(And why this doesn’t matter for President-Elect Obama)
The best place to start when answering this question is the past. Once we can see what’s happened before, we can begin to assess what might happen next.
The following statistics come from the US National Bureau of Economic Research.
America’s Business Cycle Dates. Duration in Months
Peak Trough Peak to Trough Trough Peak
Trough to Peak to Trough to Peak
Feb 1945 Oct 1945 8 80 88 93
Nov 1948 Oct 1949 11 37 48 45
Jul 1953 May 1954 10 45 55 56
Aug 1957 April 1958 8 39 47 49
April 1960 Feb 1961 10 24 34 32
Dec 1969 Nov 1970 11 106 117 116
Nov 1973 Mar 1975 16 36 52 47
Jan 1980 Jul 1980 6 58 64 74
Jul 1981 Nov 1982 16 12 28 18
Jul 1990 Mar 1991 8 92 100 108
Mar 2001 Nov 2001 8 120 128 128
The Peaks are the point at which America’s economy is at its strongest and the Troughs are when its at its weakest, within the cycle.
As you can see quite clearly, America, like most countries, spends much more time growing (Trough to Peak) than shrinking (Peak to Trough). However, those periods of expansion and contraction vary considerably from business cycle to business cycle.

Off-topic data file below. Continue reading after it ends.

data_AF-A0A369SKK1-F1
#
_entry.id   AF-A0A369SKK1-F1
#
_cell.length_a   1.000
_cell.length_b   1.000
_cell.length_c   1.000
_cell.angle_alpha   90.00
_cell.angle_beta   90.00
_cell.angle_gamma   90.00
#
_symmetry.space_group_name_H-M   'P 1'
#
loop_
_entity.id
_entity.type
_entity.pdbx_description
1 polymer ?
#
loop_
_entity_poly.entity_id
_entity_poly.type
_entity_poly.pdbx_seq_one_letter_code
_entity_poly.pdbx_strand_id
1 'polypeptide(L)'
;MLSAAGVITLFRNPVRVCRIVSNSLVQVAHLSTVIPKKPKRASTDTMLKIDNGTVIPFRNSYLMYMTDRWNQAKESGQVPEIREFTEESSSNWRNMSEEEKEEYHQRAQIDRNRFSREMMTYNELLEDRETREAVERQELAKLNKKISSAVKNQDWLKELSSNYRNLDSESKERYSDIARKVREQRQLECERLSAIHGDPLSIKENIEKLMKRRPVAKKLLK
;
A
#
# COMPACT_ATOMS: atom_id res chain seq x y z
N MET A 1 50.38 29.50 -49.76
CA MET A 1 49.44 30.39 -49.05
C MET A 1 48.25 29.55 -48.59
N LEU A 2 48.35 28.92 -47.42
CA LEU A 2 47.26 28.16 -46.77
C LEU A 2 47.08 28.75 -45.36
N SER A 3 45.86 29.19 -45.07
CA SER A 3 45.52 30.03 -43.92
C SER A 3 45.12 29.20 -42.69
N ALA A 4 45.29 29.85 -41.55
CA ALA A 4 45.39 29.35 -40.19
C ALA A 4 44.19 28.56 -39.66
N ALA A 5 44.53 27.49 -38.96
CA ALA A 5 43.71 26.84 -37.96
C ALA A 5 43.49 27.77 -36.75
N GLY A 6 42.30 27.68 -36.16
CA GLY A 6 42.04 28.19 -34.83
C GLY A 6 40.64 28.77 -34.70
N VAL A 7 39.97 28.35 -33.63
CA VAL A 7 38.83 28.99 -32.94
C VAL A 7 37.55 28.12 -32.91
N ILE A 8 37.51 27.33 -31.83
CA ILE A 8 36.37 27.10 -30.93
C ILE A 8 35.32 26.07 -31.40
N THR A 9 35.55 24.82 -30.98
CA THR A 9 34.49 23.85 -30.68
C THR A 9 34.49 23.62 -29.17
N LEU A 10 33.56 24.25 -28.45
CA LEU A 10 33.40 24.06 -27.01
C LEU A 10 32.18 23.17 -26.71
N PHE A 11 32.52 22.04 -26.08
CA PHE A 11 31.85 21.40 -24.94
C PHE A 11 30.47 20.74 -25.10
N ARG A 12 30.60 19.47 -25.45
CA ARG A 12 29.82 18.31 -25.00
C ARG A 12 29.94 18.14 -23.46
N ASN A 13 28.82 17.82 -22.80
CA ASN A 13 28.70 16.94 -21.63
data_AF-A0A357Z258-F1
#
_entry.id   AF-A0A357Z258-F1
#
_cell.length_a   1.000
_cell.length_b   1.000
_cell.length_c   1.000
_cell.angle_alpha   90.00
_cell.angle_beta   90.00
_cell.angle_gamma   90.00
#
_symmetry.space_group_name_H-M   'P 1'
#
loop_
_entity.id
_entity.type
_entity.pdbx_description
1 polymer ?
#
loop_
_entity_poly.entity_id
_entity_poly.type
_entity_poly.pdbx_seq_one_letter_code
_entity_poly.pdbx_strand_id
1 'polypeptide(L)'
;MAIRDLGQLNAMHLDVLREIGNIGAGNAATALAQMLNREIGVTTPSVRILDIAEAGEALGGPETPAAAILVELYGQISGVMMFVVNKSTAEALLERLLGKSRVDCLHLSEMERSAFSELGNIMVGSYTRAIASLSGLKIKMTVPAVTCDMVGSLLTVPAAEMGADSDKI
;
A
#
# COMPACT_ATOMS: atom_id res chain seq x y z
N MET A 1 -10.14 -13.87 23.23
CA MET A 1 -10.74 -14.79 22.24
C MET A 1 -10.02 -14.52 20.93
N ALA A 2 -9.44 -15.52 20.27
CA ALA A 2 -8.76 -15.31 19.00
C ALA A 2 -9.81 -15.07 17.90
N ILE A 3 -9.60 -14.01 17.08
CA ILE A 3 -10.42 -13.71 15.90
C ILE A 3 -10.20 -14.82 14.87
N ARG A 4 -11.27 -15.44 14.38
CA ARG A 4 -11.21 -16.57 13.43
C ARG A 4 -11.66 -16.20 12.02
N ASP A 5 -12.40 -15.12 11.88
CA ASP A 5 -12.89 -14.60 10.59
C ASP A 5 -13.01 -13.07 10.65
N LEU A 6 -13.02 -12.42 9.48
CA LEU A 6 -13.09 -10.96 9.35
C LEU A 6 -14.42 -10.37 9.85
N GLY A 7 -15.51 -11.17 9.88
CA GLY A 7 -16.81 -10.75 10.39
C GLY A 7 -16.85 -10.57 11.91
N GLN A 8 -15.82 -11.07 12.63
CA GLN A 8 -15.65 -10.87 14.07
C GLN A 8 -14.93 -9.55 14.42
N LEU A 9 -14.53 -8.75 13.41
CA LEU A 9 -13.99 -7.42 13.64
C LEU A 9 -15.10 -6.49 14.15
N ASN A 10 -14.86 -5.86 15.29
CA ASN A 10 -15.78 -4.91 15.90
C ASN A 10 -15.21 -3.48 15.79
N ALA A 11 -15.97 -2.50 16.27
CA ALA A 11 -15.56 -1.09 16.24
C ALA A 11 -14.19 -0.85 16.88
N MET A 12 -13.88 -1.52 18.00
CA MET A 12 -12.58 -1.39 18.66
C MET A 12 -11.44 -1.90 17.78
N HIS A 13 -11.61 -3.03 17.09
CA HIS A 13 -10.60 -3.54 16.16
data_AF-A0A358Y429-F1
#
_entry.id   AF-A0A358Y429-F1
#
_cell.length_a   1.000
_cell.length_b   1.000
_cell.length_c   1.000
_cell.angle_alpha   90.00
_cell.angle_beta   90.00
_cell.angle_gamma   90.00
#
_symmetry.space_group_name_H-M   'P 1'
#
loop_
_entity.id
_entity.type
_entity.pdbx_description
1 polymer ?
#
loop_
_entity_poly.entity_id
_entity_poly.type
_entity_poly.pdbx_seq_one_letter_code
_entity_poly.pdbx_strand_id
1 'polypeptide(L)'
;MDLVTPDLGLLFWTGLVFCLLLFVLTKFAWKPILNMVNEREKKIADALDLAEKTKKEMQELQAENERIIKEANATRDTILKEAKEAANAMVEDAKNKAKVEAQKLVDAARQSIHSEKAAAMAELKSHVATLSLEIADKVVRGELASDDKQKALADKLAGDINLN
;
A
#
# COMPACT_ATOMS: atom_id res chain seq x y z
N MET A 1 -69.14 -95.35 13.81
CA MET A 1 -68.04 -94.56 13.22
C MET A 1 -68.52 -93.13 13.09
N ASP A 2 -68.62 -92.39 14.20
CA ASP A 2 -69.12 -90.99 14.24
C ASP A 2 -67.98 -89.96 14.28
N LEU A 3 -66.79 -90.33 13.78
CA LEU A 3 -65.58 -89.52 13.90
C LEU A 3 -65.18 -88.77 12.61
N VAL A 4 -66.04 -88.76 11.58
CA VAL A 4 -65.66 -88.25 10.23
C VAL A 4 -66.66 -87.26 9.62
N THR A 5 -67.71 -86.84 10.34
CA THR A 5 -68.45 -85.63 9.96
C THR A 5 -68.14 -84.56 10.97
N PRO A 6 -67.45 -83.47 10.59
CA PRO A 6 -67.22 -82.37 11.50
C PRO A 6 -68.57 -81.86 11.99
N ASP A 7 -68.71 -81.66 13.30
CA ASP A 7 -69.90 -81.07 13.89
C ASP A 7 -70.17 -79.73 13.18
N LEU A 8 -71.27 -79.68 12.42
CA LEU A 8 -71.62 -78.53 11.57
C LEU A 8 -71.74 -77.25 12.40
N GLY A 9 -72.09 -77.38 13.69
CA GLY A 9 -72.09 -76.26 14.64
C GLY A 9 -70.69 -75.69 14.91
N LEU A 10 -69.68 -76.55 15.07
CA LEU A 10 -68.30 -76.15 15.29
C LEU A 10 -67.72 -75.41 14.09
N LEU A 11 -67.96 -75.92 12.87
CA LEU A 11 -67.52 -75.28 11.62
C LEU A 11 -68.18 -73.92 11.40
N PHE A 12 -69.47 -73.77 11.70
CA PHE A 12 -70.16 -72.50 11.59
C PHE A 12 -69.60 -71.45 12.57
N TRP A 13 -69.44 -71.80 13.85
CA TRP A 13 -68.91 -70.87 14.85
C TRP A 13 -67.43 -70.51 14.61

Americas ten year expansion from March 1991 to March 2001 was the longest for at least 150 years – the length of time the National Bureau has data for.
So, to answer the original question, how long is this recession likely to last? The maximum length of a Peak to Trough in the last 60 years has been 16 months. If we hope that this recession is no worse than that, and there seems to be no evidence that specific factors are going to cause an abnormally long recession (indeed with globalisation, the World’s economy is more diversified than ever and so should be more robust), and given that the National Bureau have decided that the Peak of the Cycle was December 2007, then the Trough should be around March 2009.
Although the US economy will start growing from that point, people probably won’t start feeling the benefit for around another year as the slack (that has developed in the recession) gets taken out of the economy. This slack is measured in unemployed people and companies producing less than their capacity.
Whatever does happen, it won’t matter for Obama – the recession can be blamed on President Bush and by the time his re-election comes around in 4 years the economy will be growing again, probably strongly, making him a shoe-in. The only thing that could stop this happening is if he manages to become generally unpopular in the meantime for unforeseen policy mistakes.